We’re standing a good thirty feet from the edge of the Outdoor Theater stage waiting for Wild Flag to appear when a gangly, stumbling hippy wearing violet-lens John Lennon sunglasses pushes between us, cradling a slice of pizza on a thin paper plate like his only begotten son. In his single-minded mission to get as close to front-row as possible (a mission shared by roughly 68 percent of all festival-goers and 95 percent of all festival-goers under the age of 18 – seriously, guys, it’s going to be okay if Abel Tesfaye can’t see the drool frothing at the corners of your dazed, slightly open mouth), he doesn’t seem aware of the tired, chronic’d masses he just shouldered through. We give each other the same “dude, come on” look we’ve exchanged about a dozen times over the past 48 hours and forgive him his trespass.
Twenty minutes later, we’re vigorously bobbing our heads up and down to the tuneful shreds of Carrie Brownstein and company. A collective crowd-clap gets going, and seconds later we hear someone nearby conspicuously bashing his hands together to the beat of his own acid-laden drum. We peer ahead and realize it’s none other than Blond Hippy Man, a dead giveaway for the fresh stains of pizza sauce and cheese all over his gray shirt. It was an odd moment of recognition – this guy had seemed the epitome of the festival asshole, who just knew not what he was doing, who deserved a cocktail of annoyed looks, scorn and pity. But he was having such a damn good time, his face so lit up by the prospect of the music, man, the fucking music, that his joy became contagious. As one, my friends and I joined the arrhythmic beat. If there’s anywhere on this good green Earth to not give a damn and start clapping with an unhinged hippy grinning like Jack Nicholson in The Shining, it’s at Coachella.
Oh, and then the chick standing next to him vommed all over the ground. That happened too.
Every year, thousands brave the heat of the Indio desert to make it to Coachella, the Mecca of America’s great musical festivals (or at least Southern California’s). It’s something of a cruel joke that the event takes place on the incongruous green fields of the Empire Polo Club (and no, that’s not just the place’s historical name, as I thought – people still play polo there), where even the 1 percent’s financial resources can’t keep the sun at bay. Indio lies in a narrow valley between the sheer, jagged peaks of two mountain ranges, and farther out you can see swathes of snow at the higher altitudes. It makes for a surreal picture, looking out at dusk over the weird purple and orange spires of the Do LaB toward those cliffs, like you’re on some eerily familiar, alien planet.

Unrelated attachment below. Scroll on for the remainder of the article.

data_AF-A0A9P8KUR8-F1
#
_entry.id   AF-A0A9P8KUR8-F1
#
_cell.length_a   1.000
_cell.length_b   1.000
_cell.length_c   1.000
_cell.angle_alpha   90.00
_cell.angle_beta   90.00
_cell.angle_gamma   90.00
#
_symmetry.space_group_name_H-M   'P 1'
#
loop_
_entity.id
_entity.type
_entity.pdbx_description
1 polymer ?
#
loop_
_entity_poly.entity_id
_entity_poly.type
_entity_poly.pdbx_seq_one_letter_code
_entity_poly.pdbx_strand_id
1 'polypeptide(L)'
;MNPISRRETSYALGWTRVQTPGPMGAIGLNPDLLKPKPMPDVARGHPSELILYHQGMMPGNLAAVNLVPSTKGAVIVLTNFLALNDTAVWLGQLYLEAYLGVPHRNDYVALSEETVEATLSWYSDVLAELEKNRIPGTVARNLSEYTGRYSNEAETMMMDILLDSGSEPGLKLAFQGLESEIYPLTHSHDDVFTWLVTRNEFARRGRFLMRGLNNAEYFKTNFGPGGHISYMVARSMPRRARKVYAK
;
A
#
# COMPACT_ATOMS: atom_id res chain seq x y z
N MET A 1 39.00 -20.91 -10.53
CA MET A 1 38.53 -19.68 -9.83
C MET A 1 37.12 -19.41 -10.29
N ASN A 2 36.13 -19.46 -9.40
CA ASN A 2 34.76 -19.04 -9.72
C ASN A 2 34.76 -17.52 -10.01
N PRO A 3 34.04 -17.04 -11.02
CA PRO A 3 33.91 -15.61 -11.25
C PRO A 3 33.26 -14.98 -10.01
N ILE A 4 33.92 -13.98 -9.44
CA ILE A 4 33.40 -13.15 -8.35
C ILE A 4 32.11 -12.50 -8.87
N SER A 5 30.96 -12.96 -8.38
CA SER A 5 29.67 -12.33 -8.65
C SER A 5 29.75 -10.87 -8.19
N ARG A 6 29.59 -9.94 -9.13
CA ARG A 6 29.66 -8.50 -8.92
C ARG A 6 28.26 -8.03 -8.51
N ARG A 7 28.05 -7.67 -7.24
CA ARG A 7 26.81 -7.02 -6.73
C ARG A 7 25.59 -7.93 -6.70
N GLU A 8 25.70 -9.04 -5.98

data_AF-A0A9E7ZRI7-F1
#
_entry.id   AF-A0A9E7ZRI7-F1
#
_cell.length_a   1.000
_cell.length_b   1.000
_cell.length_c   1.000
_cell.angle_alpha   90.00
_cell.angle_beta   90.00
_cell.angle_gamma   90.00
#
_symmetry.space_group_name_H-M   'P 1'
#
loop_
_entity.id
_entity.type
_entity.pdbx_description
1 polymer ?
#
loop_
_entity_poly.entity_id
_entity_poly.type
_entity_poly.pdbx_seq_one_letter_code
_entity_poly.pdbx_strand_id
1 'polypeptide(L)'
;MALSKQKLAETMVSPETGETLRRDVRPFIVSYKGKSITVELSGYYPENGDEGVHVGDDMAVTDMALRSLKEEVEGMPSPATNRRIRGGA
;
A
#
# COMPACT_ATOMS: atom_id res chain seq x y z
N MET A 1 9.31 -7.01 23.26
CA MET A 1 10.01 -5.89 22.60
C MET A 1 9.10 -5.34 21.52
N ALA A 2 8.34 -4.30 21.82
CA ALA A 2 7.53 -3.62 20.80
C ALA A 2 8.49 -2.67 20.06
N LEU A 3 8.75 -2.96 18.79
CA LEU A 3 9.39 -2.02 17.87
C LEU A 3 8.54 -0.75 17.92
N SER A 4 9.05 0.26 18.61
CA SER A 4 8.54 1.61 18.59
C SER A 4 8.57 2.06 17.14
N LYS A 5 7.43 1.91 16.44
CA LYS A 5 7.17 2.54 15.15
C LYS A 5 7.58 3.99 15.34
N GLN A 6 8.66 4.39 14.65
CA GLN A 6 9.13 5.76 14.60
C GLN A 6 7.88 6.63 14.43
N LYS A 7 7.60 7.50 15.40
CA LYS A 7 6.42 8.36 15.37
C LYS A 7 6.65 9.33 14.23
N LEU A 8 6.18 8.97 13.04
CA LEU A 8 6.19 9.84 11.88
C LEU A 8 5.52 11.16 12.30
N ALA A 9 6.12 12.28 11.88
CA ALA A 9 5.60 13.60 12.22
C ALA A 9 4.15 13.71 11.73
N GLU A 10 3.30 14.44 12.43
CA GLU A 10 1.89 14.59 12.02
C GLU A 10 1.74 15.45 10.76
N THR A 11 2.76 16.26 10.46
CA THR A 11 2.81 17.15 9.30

The festival itself is laid out like a giant courtyard: an expansive square of lawn in the middle surrounded on each side by either stages or beer gardens and food vendors. Scattered across the lawn are the art installations with names like “Starry Bamboo” (a giant wooden double helix that resembles one of those nightmarish, spiny deep-sea creatures) and “Warmth, Giant Black Toobs” (a bunch of, uh, giant black tubes). The stages themselves were top-notch, from the massive grandeur of the headliner Coachella Stage and to the more reasonable “tent” setups, which looked more like giant repurposed aircraft hangers. For the former, you’re out under the sky, and on Friday you could watch the thunderheads roll down from the western mountains and slowly blot out the sunlight as you waited for the roadies and schleppers to finish checking the mics. For the first time that anyone I talked to could remember, it looked like ¬– and did – rain during the festival, though it was little more than a few fat drops splattering around. But the clouds dragged a cold wind behind them, and even the Molly kids seemed slowed by the chill.
A Brief Discourse on Festival Participants
A good number of Coachellites (Coachellians? Choachellans?) are day trippers who drive or shuttle over from their hotels, or even better, their rented houses. But there’s also a massive contingent of campers who call the grounds home for the weekend, and for a measly hundred dollars, you can park your car in your own little spot and tent up right behind it. By Friday afternoon, a veritable tent city has sprung up around the concert, complete with street signs and thoroughfares, general stores and food vendors. It’s mostly an exercise in party-staycation, as about four out of every five campers are certified bros – not to bash them or anything; I mean, I’m as guilty as anyone of broing out (or at least, anyone who’s not actually a bro), especially if we’re talking sun’s-out-guns-out weather and cheap light beer, which we are, and given that I’ve got my college buddies in tow. But the Coachella campground presents the impartial observer with such a high bro-density that whatever characteristics that may at one time have distinguished them as individuals washes away in a sea of boardshorts, tanks, visors, chiseled jaws and Oakley sunglasses. Overheard at a nearby tent, 2 a.m. Friday night: “Bro, I can’t wait to pound fuckin’ margaritas tomorrow.” It was a sentiment met with sage nods and appreciative high-fives.